Natural Disturbances


Wildland Fire

Wildland fire has forever shaped the landscape, from the earliest lighting strike to the use of fire as an agricultural tool by ancestral native peoples. This was especially true during and after the widespread fire of 1947 which blanketed much of the island in flames.

Historic fire towers once dotted this landscape, and in the case of Beech Mountain fire tower, still do. In the past, people used these fire towers to spot wildland fire and supress it. Today, the National Park Service Wildland Fire Program has changed the way we view wildland fire. Fire has become an important part of how we manage the landscape at Acadia.

Jordan Pond
Jordan Pond



Minor Earthquakes Shake the Park
At 8:07 p.m. on Monday, October 2, 2006 a minor earthquake of magnitude 4.2 shook the ground around Acadia National Park. The epicenter of the earthquake was located in the Atlantic Ocean just off Schooner Head, on the eastern side of the park. Damage appeared to be limited to rocks falling on the Park Loop Road, which re-opened after a brief closure, and some park trails. This earthquake followed several small aftershocks that occurred since the first earthquake on September 22 (magnitude 3.4).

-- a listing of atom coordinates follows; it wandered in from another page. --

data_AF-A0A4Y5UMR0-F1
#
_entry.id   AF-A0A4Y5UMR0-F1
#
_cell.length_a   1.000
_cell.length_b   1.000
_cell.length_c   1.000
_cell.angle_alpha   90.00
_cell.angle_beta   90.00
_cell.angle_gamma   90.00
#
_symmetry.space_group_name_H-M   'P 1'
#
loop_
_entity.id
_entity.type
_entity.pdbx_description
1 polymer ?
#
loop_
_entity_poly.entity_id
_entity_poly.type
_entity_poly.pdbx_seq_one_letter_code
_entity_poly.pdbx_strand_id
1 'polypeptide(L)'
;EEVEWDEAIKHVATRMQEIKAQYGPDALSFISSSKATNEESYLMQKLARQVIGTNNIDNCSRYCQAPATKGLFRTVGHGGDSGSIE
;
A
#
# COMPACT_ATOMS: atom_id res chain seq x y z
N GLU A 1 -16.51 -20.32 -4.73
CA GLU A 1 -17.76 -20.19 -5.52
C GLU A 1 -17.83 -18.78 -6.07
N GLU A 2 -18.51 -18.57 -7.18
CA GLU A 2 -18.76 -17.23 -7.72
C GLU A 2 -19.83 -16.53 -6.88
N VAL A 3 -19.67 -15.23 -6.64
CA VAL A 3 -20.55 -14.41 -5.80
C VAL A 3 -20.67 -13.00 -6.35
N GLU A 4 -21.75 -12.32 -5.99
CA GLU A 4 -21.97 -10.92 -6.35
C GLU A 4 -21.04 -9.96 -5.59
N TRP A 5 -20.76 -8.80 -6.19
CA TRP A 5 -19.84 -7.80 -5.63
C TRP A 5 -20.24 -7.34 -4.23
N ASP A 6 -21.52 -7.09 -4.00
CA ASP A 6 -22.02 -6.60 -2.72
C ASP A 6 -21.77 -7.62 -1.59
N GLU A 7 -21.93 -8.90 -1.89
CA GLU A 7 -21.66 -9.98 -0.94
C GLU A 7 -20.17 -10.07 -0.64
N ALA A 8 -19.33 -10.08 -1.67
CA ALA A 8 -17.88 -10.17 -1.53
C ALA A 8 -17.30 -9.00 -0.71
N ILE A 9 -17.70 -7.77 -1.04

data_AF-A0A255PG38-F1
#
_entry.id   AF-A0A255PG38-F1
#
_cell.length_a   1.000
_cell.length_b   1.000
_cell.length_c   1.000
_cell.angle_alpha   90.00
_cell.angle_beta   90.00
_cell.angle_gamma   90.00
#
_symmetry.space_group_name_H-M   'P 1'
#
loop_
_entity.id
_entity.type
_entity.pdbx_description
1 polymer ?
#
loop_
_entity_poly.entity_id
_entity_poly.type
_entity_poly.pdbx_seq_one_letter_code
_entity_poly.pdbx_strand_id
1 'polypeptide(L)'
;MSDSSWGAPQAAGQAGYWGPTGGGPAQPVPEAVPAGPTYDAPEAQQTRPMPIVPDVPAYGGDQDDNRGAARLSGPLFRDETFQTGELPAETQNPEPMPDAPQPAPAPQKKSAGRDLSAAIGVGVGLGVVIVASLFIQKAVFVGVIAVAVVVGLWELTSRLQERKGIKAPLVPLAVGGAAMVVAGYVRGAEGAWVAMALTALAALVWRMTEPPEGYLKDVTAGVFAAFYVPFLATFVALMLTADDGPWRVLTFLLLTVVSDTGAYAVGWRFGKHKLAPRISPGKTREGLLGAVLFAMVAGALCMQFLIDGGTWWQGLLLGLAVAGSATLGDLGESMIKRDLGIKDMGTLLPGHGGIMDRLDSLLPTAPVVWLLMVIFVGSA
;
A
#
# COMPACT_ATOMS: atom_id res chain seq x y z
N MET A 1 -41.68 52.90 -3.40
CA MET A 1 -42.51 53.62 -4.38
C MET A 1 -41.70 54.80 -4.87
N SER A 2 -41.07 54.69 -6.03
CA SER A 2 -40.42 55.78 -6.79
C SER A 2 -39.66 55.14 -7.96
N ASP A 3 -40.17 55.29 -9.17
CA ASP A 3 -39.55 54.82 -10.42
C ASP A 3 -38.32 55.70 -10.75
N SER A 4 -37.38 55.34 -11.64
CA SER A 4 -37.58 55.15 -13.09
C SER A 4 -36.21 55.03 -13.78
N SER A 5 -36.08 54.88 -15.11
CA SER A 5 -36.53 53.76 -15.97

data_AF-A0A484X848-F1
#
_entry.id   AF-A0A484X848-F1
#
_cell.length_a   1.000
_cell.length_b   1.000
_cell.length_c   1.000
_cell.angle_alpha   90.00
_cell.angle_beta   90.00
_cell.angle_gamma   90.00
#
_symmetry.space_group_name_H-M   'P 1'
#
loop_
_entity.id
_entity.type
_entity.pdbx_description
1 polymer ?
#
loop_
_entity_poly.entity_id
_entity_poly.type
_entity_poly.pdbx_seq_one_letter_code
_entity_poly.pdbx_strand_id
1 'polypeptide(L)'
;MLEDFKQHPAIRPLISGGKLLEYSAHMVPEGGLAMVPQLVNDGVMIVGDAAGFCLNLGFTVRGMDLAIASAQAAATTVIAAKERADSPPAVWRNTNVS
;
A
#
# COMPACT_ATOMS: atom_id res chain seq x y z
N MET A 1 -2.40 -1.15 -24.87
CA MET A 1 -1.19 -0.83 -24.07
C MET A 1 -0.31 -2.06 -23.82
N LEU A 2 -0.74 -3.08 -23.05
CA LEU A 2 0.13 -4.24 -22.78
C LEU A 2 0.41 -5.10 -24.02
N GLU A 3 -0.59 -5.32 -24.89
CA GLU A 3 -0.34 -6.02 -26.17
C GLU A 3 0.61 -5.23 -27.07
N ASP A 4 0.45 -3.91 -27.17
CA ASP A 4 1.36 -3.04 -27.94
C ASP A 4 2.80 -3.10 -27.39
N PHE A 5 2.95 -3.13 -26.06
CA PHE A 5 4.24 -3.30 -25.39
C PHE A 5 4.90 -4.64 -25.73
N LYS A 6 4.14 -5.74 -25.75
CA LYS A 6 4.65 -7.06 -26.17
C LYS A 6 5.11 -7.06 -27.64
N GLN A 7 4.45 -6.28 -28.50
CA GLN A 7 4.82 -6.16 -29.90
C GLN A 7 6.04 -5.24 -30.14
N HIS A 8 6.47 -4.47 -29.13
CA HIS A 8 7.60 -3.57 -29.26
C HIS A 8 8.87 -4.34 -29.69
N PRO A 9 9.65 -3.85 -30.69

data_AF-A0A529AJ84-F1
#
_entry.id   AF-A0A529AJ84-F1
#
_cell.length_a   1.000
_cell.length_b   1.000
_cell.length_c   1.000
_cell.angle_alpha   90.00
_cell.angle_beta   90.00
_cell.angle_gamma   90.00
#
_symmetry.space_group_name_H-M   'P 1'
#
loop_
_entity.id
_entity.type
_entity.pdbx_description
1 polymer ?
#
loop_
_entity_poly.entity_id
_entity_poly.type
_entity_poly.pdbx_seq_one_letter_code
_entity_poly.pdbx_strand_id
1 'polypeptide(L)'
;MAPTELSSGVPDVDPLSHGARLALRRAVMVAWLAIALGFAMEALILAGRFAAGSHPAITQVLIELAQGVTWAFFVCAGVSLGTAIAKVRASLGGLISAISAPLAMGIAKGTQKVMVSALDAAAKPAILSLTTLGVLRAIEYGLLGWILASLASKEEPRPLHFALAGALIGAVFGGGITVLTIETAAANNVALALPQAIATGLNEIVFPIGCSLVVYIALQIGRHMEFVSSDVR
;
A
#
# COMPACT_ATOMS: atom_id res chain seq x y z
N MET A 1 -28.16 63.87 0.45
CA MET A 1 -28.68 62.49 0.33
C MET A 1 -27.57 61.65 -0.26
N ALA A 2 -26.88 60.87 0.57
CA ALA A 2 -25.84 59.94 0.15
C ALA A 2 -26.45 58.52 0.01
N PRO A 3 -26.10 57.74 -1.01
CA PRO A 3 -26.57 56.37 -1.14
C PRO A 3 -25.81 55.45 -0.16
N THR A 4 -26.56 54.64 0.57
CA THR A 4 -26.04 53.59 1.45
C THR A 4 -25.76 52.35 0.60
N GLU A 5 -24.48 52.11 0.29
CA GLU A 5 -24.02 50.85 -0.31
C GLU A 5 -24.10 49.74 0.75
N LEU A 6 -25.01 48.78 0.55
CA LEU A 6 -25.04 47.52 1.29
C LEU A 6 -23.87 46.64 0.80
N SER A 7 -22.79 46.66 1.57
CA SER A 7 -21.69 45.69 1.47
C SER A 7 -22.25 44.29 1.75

According to the Maine Geological Survey, earthquakes in Maine are rare, with just 507 earthquakes occurring in the state from 1747 to 1992. During that time, only one other earthquake originated from Mount Desert Island. Most earthquakes that do occur in Maine are minor, and to date none have caused significant damage.


More About Natural Disturbances at Acadia

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    Last updated: November 1, 2023

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